Former Pennsylvania State University President Graham Spanier received a minimum sentence of two months in jail, followed by two months of house arrest, on Friday after failing to report a 2001 allegation that the university’s ex-assistant football coach, Jerry Sandusky, had sexually abused a young boy. Despite his refusal to plead guilty, Spanier was convicted of child endangerment, a misdemeanor, on March 24. The maximum sentence he could serve is 12 months.
Spanier’s colleagues, former Penn State Athletic Director Tim Curley and former Senior Vice President for Finance and Business Gary Schultz, received the same conviction on Friday after accepting a plea deal on March 13. Both Schultz and Curley could serve a maximum sentence of 23 months, with Schultz serving at least two months in jail and Curley serving at least three. Like Spanier, both men could serve an additional sentence on house arrest. Curley and Schultz also owe the court $5,000, while Spanier was charged with a $7,500 fine.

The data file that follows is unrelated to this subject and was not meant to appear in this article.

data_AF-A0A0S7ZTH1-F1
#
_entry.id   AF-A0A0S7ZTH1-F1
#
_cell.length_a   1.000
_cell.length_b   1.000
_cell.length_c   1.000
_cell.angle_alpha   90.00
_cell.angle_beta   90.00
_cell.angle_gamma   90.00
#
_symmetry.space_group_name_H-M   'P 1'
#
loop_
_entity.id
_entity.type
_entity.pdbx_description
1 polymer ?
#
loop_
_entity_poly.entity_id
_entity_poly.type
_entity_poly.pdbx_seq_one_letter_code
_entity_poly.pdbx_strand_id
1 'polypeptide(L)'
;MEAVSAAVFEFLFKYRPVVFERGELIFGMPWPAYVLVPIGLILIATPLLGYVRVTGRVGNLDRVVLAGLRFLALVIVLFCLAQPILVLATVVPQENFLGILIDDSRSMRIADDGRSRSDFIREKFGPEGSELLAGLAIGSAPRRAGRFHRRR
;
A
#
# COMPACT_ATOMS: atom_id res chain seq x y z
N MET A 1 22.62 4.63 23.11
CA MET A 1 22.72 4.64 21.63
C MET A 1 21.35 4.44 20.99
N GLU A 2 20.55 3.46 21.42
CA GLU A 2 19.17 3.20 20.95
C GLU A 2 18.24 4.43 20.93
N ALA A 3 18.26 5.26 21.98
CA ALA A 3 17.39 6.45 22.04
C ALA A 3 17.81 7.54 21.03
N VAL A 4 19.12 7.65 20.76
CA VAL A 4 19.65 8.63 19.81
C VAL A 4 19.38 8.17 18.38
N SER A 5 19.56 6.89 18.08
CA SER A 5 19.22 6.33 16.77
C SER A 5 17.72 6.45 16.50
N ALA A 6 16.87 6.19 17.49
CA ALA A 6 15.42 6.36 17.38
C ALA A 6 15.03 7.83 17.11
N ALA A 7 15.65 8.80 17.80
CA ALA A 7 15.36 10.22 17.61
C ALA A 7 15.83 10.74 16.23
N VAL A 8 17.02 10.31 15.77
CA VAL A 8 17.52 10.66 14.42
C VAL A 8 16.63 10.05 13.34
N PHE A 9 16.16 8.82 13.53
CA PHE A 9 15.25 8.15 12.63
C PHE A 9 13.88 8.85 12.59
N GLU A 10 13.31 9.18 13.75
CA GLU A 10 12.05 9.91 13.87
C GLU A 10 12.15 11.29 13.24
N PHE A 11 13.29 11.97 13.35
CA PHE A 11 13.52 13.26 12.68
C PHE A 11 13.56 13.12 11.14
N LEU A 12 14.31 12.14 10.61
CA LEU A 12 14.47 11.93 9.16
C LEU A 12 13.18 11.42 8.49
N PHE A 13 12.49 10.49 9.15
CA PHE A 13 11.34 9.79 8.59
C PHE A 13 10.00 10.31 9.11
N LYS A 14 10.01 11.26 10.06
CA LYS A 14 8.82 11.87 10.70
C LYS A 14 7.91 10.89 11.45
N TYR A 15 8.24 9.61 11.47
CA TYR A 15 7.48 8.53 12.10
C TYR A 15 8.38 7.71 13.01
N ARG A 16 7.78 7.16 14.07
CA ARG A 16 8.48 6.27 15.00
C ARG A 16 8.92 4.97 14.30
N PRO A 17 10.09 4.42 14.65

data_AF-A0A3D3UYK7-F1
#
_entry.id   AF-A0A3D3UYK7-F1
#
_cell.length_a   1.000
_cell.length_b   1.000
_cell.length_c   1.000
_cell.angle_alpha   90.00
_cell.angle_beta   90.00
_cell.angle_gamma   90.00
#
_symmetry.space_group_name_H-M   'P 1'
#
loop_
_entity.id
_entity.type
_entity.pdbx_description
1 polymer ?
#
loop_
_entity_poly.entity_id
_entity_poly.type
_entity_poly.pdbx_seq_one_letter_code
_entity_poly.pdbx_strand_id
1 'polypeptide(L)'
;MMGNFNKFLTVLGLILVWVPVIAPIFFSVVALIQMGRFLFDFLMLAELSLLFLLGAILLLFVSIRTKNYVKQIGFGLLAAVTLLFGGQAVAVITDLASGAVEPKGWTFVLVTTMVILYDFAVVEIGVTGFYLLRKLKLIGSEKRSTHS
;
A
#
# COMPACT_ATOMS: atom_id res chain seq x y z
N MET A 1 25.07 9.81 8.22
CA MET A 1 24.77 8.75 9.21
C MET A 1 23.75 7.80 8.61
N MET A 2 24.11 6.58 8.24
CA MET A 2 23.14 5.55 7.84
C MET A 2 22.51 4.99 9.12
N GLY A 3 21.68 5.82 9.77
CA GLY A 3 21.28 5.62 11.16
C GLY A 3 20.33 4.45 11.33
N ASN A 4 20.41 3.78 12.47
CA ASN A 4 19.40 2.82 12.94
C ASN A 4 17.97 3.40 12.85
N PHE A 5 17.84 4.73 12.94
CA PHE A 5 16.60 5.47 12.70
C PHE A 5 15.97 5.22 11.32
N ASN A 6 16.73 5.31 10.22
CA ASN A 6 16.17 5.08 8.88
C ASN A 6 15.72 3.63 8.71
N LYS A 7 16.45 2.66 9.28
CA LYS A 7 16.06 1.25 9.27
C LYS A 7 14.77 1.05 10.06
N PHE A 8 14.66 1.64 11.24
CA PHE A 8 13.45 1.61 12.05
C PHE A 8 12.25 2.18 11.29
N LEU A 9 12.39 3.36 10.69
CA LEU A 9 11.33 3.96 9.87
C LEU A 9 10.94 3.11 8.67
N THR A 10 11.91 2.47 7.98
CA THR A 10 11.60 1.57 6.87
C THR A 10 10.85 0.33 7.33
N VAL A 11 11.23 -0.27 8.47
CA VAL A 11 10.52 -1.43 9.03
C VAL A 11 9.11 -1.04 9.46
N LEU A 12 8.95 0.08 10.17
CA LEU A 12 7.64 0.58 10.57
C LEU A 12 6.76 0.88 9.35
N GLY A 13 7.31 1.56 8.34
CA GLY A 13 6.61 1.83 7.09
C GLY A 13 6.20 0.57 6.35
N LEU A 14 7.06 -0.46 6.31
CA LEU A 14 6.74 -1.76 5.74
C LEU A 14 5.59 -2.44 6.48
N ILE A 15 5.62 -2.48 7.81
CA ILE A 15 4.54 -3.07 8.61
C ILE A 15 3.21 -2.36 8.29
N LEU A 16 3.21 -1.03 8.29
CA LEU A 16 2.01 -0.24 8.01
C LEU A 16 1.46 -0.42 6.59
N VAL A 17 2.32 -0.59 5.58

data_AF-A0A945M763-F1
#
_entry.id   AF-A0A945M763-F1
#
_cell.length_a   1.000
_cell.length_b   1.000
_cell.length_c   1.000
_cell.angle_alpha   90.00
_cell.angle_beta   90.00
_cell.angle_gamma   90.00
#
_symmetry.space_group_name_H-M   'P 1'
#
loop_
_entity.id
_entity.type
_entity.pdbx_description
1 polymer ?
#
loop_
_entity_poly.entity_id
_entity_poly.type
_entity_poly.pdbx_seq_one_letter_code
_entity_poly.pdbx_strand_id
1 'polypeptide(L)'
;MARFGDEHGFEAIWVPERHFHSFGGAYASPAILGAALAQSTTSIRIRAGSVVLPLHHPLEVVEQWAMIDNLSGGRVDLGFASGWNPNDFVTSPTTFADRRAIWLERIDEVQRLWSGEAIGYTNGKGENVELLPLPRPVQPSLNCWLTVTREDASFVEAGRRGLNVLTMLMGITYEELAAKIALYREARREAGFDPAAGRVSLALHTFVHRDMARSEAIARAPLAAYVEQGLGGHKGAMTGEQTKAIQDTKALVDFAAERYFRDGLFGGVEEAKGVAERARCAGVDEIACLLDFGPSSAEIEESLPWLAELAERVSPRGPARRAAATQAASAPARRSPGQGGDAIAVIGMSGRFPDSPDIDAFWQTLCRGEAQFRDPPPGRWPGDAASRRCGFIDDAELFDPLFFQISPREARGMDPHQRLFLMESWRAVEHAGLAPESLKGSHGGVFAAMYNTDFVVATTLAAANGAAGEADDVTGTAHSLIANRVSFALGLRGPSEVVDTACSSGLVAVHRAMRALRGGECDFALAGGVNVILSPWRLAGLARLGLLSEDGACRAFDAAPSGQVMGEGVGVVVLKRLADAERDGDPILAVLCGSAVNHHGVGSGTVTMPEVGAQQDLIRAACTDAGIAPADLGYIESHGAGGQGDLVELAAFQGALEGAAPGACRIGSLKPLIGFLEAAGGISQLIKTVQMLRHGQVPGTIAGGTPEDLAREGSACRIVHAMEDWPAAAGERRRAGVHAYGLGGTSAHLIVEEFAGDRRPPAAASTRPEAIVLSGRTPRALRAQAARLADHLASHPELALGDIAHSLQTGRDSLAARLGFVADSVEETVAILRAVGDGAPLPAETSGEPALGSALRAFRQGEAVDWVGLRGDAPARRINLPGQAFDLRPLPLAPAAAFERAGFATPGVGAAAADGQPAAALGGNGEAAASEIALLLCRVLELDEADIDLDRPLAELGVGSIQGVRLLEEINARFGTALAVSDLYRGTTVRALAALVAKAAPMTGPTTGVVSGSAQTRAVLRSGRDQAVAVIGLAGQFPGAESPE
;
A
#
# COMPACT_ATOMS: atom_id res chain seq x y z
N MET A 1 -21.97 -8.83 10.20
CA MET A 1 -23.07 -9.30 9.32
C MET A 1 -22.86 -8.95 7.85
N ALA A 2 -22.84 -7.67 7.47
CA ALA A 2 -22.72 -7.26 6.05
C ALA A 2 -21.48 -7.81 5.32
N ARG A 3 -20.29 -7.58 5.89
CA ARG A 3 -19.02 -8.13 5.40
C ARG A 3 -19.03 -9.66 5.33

Their sentencing marks the end of a lengthy court process, beginning in 2012 when an external investigation concluded that the three administrators had concealed Sandusky’s abuse from authorities, the Penn State Board of Trustees, and the university community. Spanier’s trial in particular centered on testimony from Mike McQueary, a former coaching assistant, who claimed he saw Sandusky sexually abusing a boy in a football team shower in 2001, and later reported the incident to the university’s former head football coach, Joe Paterno. Notes and email exchanges have since revealed that Curley, Spanier, and Schultz debated what to do with McQueary’s information, but opted to keep it hidden. For his part, Spanier claimed he did not know the allegations were sexual in nature.